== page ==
What is HIV?

The Human Immunodeficiency Virus (HIV) is a virus which can gradually damage the immune system. Without treatment and over a number of years, the virus can reduce the body’s ability to combat infections and illnesses. However, people who are HIV-positive but receive treatment on time are likely to remain healthy with normal life expectancy.


What is AIDS?

AIDS stands for 'Acquired Immune Deficiency Syndrome'. It is a term used when a person’s immune system begins to weaken due to the damage caused by HIV. This can lead to the development of a number of infections and illnesses. However, this progression to developing AIDS can be successfully stopped if HIV treatment is begun (WHO, 2015).

HIV in Ireland

Around 350 people in Ireland contract HIV each year (Health Protection Surveillance Centre). Around half of them are MSM (men who have sex with men). Just under half of new infections are people aged 25 to 34.

The good news is that most people living with HIV who know that they are infected are taking effective medication. Taking this treatment means that the levels of HIV in the body are kept at very low or ‘undetectable’ levels. This also means that the person will live longer, stay healthier and be much less likely to pass on the virus.

There are a large number of people in Ireland who have HIV, but are not aware of their status. We need to do everything we can to increase the number of people who know that they have HIV to ensure that treatment starts at the right time and these individuals can continue to lead a normal, healthy life. Successful treatment also prevents the virus being passed on to others.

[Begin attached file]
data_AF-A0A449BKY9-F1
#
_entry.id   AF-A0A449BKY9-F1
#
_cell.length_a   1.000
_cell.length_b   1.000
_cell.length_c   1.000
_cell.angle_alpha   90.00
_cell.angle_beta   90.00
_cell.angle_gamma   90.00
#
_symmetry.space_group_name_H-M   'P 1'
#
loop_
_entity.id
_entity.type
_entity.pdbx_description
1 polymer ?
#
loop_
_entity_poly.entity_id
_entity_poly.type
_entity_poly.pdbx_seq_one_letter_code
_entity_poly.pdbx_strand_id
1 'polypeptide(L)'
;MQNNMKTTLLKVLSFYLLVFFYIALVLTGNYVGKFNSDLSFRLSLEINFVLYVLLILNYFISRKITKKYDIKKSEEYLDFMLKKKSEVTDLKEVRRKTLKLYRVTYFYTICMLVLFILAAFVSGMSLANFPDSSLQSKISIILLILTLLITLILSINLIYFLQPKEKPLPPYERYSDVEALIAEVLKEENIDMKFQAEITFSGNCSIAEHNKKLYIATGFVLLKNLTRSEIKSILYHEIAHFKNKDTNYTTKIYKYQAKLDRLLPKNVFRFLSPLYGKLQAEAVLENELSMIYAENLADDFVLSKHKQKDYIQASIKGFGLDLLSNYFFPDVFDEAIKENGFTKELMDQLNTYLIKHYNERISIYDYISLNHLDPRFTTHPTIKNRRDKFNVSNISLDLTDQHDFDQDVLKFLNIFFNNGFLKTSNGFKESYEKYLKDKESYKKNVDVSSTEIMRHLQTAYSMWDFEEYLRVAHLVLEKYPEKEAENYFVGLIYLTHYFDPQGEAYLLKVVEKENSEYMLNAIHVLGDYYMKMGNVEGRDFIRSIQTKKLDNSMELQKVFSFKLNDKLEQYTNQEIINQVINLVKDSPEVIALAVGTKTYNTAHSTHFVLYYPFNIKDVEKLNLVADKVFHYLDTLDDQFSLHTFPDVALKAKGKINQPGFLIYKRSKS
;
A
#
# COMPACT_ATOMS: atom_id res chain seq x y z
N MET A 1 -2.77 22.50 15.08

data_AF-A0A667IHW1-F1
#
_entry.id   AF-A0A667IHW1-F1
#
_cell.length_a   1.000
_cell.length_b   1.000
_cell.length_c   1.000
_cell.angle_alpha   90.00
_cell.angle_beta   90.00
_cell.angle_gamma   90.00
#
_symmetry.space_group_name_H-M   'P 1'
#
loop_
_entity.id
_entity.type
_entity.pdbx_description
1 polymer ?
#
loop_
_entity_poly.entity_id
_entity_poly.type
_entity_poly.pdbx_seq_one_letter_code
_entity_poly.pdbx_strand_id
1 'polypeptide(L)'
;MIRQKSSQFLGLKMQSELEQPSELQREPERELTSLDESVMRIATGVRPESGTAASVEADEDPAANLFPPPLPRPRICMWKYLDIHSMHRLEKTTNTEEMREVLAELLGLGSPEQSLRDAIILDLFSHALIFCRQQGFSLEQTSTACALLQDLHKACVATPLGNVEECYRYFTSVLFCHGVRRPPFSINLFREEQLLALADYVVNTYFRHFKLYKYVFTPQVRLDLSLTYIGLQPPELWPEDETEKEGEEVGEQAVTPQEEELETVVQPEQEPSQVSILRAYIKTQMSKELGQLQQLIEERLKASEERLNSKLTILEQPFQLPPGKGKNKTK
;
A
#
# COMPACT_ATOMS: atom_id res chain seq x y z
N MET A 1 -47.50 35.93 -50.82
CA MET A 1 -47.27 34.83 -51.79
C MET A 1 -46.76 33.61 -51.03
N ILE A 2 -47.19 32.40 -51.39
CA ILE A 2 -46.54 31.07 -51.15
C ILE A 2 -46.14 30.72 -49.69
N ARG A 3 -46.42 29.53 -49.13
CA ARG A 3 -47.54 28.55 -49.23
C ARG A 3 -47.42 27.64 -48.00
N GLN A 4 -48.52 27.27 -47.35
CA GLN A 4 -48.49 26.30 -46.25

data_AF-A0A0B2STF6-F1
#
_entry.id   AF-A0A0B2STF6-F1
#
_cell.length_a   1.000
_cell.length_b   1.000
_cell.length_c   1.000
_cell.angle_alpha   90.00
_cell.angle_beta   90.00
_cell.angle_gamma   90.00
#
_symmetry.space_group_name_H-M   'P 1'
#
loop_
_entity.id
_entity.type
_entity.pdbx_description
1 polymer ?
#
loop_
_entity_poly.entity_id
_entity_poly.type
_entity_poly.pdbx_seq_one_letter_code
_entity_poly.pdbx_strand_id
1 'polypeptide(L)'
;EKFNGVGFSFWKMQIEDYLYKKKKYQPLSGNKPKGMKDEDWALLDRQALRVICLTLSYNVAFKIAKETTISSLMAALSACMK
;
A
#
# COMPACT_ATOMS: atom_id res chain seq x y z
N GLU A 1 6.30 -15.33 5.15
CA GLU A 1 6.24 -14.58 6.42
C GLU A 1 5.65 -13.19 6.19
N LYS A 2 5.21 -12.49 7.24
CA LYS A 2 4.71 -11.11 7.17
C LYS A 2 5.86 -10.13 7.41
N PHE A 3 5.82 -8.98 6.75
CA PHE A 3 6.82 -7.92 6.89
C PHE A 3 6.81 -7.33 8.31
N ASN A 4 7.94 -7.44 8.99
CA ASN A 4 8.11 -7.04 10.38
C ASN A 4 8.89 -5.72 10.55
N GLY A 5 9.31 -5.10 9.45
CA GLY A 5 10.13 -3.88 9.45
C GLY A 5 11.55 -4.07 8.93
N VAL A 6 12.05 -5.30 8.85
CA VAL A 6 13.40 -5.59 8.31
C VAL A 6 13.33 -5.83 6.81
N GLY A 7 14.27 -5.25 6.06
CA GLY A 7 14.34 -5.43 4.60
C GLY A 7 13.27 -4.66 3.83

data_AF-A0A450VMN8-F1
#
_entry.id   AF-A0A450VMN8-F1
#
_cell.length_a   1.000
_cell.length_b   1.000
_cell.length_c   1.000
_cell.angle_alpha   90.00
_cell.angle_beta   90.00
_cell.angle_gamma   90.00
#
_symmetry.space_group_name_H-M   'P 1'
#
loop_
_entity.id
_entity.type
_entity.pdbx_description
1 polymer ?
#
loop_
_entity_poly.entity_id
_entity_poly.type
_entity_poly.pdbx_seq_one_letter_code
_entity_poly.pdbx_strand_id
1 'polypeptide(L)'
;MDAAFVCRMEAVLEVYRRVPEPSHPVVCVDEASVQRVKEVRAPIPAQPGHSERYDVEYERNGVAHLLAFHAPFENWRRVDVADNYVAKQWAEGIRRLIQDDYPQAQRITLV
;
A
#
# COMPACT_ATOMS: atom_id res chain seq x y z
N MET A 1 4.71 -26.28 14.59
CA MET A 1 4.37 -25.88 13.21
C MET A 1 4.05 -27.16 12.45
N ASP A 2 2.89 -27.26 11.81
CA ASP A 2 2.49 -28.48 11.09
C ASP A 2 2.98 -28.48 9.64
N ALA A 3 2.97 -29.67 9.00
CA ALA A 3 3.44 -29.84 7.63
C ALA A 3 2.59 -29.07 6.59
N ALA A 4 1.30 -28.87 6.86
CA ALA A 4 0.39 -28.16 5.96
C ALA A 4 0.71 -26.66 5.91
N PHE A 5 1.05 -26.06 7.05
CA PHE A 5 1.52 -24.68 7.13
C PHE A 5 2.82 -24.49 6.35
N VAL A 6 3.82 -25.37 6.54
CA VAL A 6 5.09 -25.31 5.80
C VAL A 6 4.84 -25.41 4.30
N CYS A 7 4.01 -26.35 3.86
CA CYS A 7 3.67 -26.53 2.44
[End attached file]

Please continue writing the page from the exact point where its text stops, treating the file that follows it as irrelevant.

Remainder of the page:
Did you know? …

The faster you start the right treatment, the higher the quality and the longer the length of life you will have.

What are the main sources of HIV infection?

The bodily fluids that can contain enough HIV to infect someone are:

  • Seminal fluid
  • Vaginal fluids, including menstrual fluids (period blood)
  • Breast milk
  • Blood
  • Mucus found in the rectum
  • Pre-cum (the fluid that the penis produces for lubrication before ejaculation).

What are the signs and symptoms?

Most people do not have signs or symptoms to tell them that they are infected with HIV. However, if they do, the first symptoms can appear within two to four weeks of infection (e.g. Flu-like illnesses, sore throat, swollen glands, rash). This is called a ‘seroconversion illness’. This soon settles down and then most people will have no symptoms until years later.

As HIV becomes more advanced, the symptoms of a weakened immune system start to appear. Common symptoms include:

  • Unintentional weight loss
  • Chronic diarrhoea
  • Recurrent infections e.g. chest infections
  • Skin rashes, especially on your face, genitals or anus
  • An increase in Herpes ulcers or thrush infections in your mouth/genitals
  • Sweats, especially at night
  • Unusual tiredness
  • Nausea or loss of appetite
  • Swollen lymph glands in the neck, groin or armpits.

These symptoms can all be caused by many other common conditions so do not necessarily mean that you have HIV. However, if you experience all or some of these symptoms and you think that you may have been at risk of HIV at any time, it is a good idea to get a test.